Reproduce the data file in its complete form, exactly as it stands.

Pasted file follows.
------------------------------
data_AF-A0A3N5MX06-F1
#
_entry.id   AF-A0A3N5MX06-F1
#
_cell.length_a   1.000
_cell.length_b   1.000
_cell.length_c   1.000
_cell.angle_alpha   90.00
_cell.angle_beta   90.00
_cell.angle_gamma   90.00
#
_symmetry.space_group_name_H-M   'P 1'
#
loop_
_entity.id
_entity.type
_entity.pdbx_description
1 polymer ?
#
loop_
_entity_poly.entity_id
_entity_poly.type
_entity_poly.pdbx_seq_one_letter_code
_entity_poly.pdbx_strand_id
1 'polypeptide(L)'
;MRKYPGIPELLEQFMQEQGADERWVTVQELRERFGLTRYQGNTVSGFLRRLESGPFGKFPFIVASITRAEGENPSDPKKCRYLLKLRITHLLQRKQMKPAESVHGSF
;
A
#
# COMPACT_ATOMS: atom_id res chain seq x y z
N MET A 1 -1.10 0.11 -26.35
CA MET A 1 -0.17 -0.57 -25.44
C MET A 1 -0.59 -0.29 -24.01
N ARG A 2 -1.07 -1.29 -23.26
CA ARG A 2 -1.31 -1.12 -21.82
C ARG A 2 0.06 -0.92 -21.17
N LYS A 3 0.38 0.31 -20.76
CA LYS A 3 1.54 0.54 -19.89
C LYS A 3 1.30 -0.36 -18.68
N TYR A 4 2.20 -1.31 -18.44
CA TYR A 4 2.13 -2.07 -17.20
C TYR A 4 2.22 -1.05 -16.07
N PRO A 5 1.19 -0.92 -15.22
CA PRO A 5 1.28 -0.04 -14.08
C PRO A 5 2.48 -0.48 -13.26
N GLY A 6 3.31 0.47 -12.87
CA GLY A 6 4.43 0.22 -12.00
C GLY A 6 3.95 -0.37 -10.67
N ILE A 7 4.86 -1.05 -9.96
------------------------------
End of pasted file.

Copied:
data_AF-A0A3N5MX06-F1
#
_entry.id   AF-A0A3N5MX06-F1
#
_cell.length_a   1.000
_cell.length_b   1.000
_cell.length_c   1.000
_cell.angle_alpha   90.00
_cell.angle_beta   90.00
_cell.angle_gamma   90.00
#
_symmetry.space_group_name_H-M   'P 1'
#
loop_
_entity.id
_entity.type
_entity.pdbx_description
1 polymer ?
#
loop_
_entity_poly.entity_id
_entity_poly.type
_entity_poly.pdbx_seq_one_letter_code
_entity_poly.pdbx_strand_id
1 'polypeptide(L)'
;MRKYPGIPELLEQFMQEQGADERWVTVQELRERFGLTRYQGNTVSGFLRRLESGPFGKFPFIVASITRAEGENPSDPKKCRYLLKLRITHLLQRKQMKPAESVHGSF
;
A
#
# COMPACT_ATOMS: atom_id res chain seq x y z
N MET A 1 -1.10 0.11 -26.35
CA MET A 1 -0.17 -0.57 -25.44
C MET A 1 -0.59 -0.29 -24.01
N ARG A 2 -1.07 -1.29 -23.26
CA ARG A 2 -1.31 -1.12 -21.82
C ARG A 2 0.06 -0.92 -21.17
N LYS A 3 0.38 0.31 -20.76
CA LYS A 3 1.54 0.54 -19.89
C LYS A 3 1.30 -0.36 -18.68
N TYR A 4 2.20 -1.31 -18.44
CA TYR A 4 2.13 -2.07 -17.20
C TYR A 4 2.22 -1.05 -16.07
N PRO A 5 1.19 -0.92 -15.22
CA PRO A 5 1.28 -0.04 -14.08
C PRO A 5 2.48 -0.48 -13.26
N GLY A 6 3.31 0.47 -12.87
CA GLY A 6 4.43 0.22 -12.00
C GLY A 6 3.95 -0.37 -10.67
N ILE A 7 4.86 -1.05 -9.96